Pottery use within a specialized shell-midden site in the southern part of Eastern Europe: a case-study of Rakushechny Yar settlement (6th mill BC)
Manon Bondetti  1, 2@  , Ekaterina Dolbunova  3, 4@  , Lara Gonzalez Carretero  4@  , Marianna Kulkova  5@  , Andrey Mazurkevich  6@  , John Meadows  7, 8@  , Carl Heron  9@  , Oliver E Craig  10@  
1 : Department of Archaeology, University of York
University of York, BioArCh, Environment Building, Wentworth Way, Heslington, York, YO10 5DD -  Royaume-Uni
2 : Arctic Centre, University of Groningen
3 : The State Hermitage Museum
4 : British Museum
5 : Herzen University
6 : State Hermitage Museum
7 : Center for Baltic and Scandinavian Archaeology
8 : Leibniz-Laboratory for AMS Dating and Stable Isotope Research
9 : Bristish Museum
10 : Department of Archaeology, University of York

The multilayer settlement Rakushechny Yar, situated in the lower Don River, is one of the sites with the most ancient pottery known in Eastern Europe. The subsistence strategies and the life cycle of these communities describe a particular system of resource management determined by specific economic, environmental and cultural conditions. Rich fish remains, shell middens, site location, specific toolkit with restricted categories, and incomplete context of tool production testify all that it was a specialized site for aquatic resource procurement. However, faunal remains indicated the use of resources from other ecological niches as well. In such a particular milieu, pottery was expected to fulfill a range of different tasks, but organic residue analysis of pottery, alongside SEM-analysis, has revealed a rather restricted set of ceramic functions, oriented towards specific aquatic resources processing, particularly the treatment of migratory fish, such as sturgeon.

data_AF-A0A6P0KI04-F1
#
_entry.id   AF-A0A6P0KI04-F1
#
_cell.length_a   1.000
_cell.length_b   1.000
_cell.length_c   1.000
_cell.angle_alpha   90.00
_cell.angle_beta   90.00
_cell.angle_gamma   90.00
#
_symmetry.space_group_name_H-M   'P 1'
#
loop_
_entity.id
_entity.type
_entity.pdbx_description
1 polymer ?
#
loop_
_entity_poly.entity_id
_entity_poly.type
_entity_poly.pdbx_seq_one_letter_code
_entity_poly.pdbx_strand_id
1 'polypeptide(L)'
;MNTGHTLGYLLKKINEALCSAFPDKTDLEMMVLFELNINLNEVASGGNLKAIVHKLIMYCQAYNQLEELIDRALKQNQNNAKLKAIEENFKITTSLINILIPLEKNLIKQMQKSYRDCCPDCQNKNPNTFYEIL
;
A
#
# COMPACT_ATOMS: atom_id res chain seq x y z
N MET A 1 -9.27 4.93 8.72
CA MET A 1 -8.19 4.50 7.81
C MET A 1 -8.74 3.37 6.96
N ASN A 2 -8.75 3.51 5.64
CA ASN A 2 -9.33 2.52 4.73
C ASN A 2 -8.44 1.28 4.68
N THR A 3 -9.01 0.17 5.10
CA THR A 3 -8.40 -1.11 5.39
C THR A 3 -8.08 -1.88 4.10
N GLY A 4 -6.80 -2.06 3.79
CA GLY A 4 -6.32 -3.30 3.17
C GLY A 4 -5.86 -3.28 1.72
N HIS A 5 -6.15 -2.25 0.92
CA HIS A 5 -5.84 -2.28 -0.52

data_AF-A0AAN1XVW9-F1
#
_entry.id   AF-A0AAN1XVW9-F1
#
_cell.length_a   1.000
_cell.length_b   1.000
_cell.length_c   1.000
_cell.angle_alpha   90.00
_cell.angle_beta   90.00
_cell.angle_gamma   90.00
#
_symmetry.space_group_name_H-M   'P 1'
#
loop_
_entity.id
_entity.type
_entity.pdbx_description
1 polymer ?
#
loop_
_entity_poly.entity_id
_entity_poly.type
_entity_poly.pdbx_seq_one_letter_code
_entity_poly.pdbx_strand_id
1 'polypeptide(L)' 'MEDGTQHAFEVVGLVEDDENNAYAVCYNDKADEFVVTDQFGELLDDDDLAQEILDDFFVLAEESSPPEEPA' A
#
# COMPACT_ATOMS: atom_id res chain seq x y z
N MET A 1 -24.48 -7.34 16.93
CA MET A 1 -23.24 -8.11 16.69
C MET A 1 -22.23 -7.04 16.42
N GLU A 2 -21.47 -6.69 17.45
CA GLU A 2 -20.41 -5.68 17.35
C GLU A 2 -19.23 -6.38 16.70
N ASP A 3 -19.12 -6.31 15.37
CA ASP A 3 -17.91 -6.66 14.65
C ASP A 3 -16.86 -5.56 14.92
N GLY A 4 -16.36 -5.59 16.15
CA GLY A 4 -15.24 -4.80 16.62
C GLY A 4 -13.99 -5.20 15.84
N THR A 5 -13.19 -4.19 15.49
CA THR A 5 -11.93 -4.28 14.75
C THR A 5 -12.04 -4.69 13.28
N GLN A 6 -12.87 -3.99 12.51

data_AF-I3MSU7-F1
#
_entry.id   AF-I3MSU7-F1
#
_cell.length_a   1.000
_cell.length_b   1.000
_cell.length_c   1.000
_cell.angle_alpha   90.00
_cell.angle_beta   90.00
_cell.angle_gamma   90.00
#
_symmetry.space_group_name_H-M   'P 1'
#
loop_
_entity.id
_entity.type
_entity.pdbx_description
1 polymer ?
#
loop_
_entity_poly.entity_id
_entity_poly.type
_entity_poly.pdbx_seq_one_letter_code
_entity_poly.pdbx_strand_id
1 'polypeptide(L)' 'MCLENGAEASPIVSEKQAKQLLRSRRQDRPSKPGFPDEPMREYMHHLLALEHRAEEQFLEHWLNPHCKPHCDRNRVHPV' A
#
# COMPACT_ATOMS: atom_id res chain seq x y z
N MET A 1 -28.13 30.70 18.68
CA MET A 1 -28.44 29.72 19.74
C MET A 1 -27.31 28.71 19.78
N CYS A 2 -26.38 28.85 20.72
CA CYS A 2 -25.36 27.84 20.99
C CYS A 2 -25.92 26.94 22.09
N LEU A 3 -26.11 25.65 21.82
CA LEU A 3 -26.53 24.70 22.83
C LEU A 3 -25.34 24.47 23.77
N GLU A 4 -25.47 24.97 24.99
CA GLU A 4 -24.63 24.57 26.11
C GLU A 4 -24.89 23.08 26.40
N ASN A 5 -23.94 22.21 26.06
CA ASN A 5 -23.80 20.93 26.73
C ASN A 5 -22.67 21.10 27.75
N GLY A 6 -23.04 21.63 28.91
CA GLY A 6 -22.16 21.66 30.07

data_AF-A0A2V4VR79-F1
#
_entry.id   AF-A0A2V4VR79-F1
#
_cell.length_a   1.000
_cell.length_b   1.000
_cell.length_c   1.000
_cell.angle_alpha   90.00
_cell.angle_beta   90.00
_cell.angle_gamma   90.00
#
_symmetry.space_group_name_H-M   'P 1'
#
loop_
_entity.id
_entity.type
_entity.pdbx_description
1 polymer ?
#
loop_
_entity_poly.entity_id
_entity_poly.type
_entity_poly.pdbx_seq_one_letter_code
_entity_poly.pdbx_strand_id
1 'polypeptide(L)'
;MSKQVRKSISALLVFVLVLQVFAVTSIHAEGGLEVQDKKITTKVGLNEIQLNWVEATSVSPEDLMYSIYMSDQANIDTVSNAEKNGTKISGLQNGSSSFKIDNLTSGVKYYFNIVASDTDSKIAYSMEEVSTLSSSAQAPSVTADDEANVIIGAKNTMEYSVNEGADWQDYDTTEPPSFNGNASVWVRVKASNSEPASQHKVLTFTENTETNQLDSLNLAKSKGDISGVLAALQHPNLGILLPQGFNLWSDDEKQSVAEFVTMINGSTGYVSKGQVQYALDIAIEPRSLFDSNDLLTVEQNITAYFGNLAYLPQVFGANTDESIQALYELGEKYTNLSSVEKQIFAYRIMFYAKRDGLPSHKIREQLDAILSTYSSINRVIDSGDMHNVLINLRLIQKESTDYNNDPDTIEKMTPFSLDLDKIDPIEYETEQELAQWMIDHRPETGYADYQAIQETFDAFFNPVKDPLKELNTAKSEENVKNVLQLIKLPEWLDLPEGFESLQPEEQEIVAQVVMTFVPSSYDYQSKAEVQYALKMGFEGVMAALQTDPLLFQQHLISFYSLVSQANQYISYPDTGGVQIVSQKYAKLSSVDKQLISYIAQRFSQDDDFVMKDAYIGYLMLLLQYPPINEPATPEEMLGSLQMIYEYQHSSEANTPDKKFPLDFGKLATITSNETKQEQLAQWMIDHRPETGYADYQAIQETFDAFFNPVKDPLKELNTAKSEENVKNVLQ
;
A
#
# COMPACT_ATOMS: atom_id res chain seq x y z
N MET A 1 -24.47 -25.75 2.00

Clay pots offer an effective means for the slow simmering of foods to extract rich lipids, such as the rendering of fish to produce storable oils. This would have helped to deal with the seasonal surplus of migratory sturgeon, available only during the late spring, and provided a valuable supply of storable food, consumable all year round and especially during the colder seasons when resources were more scarce. These valuable commodities could also have been accumulated and exchanged, with potential implications for social organisation and the creation of ownership and inequality.

Geochemical analysis has shown that early pottery was made from local raw materials, which suggests that the pottery was mainly produced on site. However, some pottery samples were made from non-local raw materials, indicating that part of the pottery was brought to the site. One of the samples belongs to the "import" category, which implies movement over even longer distances.

Rakushechny Yar appears to have been an attractive place for the procurement of sturgeon, and pottery technology appears to have played an important role in resource management for the hunter-gatherer communities of this region or even on a wider geographic scale


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